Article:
Remember all those stories about Tom Brady’s retirement? Remember the glowing sendoffs and tributes? The documentaries? The talk-show gabfests? The fawning articles? All the fuss?

Never mind.

Brady’s back.

Did he ever really leave (not really)?

Tom Brady pulled a Brett Favre. Or a Michael Jordan, if you prefer. Or a George Foreman and Muhammad Ali (and every other memorable boxer). He retired and unretired.

Remember the guy who paid $518,268 at an auction to buy the ball that was used for his “final” touchdown pass?

He just lost a lot of money.

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Remember the 24 free agents who were a threat to leave the Tampa Bay Buccaneers for more money? As soon as Brady announced his “comeback,” his All-Pro free-agent center, Ryan Jensen, announced he would return to the team. His agent completed a deal on Sunday night, hours ahead of the official start of free agency. Tight end Rob Gronkowski, among many others, is likely to return, as well.

They should’ve known it would come to this. Actually, a lot of people did know. It was not a well-kept secret and the whole thing was something of a charade.

His retirement lasted 40 days.

Deflategate lasted longer than his retirement.

It was the length of a long vacation.

Years ago Brady said he wanted to play until he was 45. He’s going to do just that. He’s 44.

Brady says he has “unfinished business.” Presumably, the finished business is an eighth Super Bowl title. His team lost in the divisional round of the playoffs in December. If he continues to fall short of his perfect retirement ending, does this mean he’ll play until, say, 60?

Seven Super Bowl championships are not enough.

“These past two months I’ve realized my place is still on the field and not in the stands,” Brady wrote on Twitter. “That time will come. But it’s not now. I love my teammates, and I love my supportive family. They make it all possible. I’m coming back for my 23rd season in Tampa. Unfinished business.”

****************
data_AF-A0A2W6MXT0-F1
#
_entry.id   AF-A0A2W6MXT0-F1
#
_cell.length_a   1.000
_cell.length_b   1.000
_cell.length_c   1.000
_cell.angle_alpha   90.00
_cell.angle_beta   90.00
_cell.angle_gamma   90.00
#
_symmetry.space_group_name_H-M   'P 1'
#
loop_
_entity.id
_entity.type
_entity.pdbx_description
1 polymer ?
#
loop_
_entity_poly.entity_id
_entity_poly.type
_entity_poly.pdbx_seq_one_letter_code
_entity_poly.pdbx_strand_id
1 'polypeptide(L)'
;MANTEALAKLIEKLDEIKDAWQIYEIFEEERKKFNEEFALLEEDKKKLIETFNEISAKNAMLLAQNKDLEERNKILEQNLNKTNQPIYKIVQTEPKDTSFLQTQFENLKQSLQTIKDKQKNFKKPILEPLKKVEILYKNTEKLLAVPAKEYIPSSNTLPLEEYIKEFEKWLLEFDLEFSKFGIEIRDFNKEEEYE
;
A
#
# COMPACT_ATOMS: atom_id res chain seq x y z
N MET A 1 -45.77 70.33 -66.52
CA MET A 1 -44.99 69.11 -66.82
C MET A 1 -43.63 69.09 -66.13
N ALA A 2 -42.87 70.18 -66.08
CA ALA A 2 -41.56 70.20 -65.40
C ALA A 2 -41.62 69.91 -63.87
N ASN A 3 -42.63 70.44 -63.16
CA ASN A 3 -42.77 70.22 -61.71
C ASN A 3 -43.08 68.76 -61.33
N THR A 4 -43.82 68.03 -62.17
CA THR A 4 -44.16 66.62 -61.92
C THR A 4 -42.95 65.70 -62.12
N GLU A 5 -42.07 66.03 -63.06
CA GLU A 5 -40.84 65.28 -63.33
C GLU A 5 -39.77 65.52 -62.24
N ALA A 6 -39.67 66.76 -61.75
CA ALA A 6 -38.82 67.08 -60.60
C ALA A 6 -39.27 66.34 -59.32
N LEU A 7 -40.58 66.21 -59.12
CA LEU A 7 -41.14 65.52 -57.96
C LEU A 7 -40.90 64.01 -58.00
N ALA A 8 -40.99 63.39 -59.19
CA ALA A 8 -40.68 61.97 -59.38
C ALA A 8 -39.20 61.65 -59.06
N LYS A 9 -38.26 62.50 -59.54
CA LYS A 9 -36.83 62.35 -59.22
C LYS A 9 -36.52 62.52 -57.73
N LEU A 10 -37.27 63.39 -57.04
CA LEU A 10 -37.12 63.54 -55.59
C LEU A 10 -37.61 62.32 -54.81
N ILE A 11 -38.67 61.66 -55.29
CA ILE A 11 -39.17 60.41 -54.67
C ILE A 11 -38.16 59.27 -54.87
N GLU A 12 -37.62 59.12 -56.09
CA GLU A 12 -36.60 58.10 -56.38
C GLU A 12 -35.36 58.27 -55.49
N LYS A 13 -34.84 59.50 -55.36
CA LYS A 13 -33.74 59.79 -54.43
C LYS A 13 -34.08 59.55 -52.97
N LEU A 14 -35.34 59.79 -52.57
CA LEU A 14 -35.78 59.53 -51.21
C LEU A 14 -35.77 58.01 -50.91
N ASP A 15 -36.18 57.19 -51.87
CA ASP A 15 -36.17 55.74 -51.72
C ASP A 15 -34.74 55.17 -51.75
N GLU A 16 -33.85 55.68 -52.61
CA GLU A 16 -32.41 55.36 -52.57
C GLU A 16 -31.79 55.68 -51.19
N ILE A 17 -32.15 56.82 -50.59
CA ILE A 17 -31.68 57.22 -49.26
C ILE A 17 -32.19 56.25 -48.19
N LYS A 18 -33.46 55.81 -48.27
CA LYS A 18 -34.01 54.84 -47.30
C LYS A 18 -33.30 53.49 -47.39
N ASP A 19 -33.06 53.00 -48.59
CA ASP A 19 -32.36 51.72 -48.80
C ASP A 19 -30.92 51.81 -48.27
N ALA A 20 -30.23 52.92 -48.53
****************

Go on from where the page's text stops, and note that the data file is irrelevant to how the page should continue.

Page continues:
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What about that other unfinished business — you know, when he said he was retiring so he could (all together now) SPEND MORE TIME WITH HIS FAMILY. Where have we heard that before?

Everywhere.

Let’s face it, more drama surrounds the NFL’s quarterback divas than the Kardashians. Was Russell Wilson unhappy enough to break up with the Seahawks? Were Aaron Rodgers’ feelings still hurt by the drafting of Jordan Love two years ago and would he hold it over the Packers’ heads forever to exact a cap-killing salary despite his terrible postseason record? Then there was the status of Carson Wentz and Kirk Cousins to fuss over, and, above all, would Brady return?

No one can question Brady’s ability to play at an advanced age. Last season he led the NFL in yards passing (5,316), touchdowns (43), completions (485) and attempts (719).

No one can question Brady’s ability to play at an advanced age. Last season he led the NFL in yards passing (5,316), touchdowns (43), completions (485) and attempts (719).

As recounted here in Brady’s retirement column about 40 days ago (please disregard it), he was voted the league’s Most Valuable Player at the age of 40. Five of his 10 Super Bowls came after the age of 37 — which is more than the combined total of Rodgers, Favre and Drew Brees for their entire careers; three of those occurred after the age of 40.

Brady will be welcomed back. Well, there’s always a party pooper in the crowd. Jon Cooper — a political gadfly — tweeted/virtue signaled, “Tom Brady is NOT retiring — the NFL is welcoming him back. Who else wishes the NFL would welcome back Colin Kaepernick instead?”

That old thing? Cooper needs some new material.

Almost no one who was close to Brady believed he was done. Not even after he said in February that he was “happy” with his decision. He dropped hints all along that he might change his mind. He said “never say never” when asked about a potential return. “I feel very good about my decision,” he said on a “Let’s Go!’ podcast a month ago. “I don’t know how I’ll feel six months from now.”

Now we know, if we ever doubted. The whole drama recalled the old inexplicable tradition of musicians leaving the stage after the “final number” when he and everyone in the audience knows very well he’ll be back for an encore.

Tom Brady is back for an encore.